Bermuda Triangle mystery: El Faro missing ship still on the water after 40 years - TomoNews
Taiwanese Animators Oct 5, 2015
JACKSONVILLE, FLORIDA — The El Faro cargo ship disappeared last week after the vessel lost all engine power while it was caught in the eye of Hurricane Joaquin. We can't help but wonder: why was this geezer of a ship, built in 1975, still on the water at four times the average age of container ships?
Shipping routes between two U.S. ports are regulated by the Jones Act, also known as the Merchant Marine Act of 1920, which gave injured sailors the right to make claims and collect from their employers.
The cabotage regulation also protected U.S. shipping corporations from foreign competitors by requiring ships that transport goods or passengers between two U.S. ports be built in the U.S., be owned by a U.S. citizen and be operated by a U.S. crew. In other words, it's really expensive to build and maintain these ships, which jacks up the cost of shipping between U.S. ports.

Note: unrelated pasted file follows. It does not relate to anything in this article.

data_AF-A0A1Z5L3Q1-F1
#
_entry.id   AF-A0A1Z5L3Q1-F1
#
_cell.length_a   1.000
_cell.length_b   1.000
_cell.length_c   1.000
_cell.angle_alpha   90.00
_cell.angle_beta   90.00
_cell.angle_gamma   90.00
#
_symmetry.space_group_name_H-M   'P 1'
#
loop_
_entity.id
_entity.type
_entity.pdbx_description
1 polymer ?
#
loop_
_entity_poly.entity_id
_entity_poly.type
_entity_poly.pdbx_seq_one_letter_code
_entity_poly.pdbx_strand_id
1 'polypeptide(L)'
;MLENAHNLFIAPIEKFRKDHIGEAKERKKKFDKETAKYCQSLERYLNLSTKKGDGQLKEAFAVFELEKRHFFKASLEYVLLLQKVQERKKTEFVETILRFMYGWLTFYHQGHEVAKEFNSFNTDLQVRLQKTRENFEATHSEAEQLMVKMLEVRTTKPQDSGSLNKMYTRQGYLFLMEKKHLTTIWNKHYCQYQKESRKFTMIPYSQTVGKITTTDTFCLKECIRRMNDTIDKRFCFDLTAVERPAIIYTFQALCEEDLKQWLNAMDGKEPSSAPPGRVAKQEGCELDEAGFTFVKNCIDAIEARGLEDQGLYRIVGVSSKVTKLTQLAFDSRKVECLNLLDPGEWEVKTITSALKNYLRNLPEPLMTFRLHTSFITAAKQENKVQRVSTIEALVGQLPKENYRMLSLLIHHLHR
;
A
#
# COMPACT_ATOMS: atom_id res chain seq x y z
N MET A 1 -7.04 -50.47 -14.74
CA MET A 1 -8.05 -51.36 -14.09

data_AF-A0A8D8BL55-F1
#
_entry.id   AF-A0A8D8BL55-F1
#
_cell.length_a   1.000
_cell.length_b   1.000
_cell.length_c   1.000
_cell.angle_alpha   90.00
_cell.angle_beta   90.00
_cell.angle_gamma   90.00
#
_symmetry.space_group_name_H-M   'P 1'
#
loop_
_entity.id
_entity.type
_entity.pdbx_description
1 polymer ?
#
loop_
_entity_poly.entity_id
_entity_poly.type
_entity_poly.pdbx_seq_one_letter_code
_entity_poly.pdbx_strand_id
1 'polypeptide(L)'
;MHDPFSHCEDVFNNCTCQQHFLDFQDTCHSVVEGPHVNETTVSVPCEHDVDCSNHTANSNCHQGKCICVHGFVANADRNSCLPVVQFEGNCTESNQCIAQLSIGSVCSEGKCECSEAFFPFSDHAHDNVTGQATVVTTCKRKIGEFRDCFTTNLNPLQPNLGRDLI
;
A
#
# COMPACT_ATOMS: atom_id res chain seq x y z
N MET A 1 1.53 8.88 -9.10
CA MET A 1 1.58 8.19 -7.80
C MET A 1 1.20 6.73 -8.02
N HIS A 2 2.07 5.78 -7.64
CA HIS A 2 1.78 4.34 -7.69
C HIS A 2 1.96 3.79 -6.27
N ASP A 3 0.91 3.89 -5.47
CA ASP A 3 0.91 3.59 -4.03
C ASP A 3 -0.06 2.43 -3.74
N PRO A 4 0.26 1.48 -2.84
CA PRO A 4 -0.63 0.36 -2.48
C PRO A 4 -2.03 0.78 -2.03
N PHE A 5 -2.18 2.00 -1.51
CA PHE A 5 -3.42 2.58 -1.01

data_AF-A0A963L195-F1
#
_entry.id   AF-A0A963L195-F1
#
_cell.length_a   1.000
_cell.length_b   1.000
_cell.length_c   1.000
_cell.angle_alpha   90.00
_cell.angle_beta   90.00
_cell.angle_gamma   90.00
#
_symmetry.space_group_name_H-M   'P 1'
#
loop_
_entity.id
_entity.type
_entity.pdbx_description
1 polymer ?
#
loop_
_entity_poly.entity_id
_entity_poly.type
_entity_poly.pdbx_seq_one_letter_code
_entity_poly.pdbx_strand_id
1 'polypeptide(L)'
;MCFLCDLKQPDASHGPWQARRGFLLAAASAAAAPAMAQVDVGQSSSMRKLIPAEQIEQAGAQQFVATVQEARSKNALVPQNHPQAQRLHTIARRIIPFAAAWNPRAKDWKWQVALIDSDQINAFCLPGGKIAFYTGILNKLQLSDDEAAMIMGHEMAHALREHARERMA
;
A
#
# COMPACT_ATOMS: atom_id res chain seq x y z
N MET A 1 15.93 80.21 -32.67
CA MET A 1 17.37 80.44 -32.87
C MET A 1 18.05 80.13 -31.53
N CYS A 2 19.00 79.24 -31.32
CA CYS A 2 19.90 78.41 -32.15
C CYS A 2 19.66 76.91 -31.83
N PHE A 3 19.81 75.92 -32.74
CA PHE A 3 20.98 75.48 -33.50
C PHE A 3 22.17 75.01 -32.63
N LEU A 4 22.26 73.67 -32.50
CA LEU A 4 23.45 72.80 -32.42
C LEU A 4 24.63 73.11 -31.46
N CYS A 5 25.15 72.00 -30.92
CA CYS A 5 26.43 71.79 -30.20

We don't deliver pizzas in gas guzzling 1975 Cadillacs when we have the option to drive a Prius. And we sure as heck wouldn't want to fly in a plane that is 40 years old. So why was El Faro was still on the water? And whose interest does the Jones Act protect today?
The El Faro was en route from from Jacksonville, Florida to Puerto Rico. Search teams have recovered debris from the missing ship, but there are no signs yet of the 33-member crew.
(NOTE: Headshot in first panel is US Rep Wesley Jones, R-WA, author of the 1920 Jones Act.)
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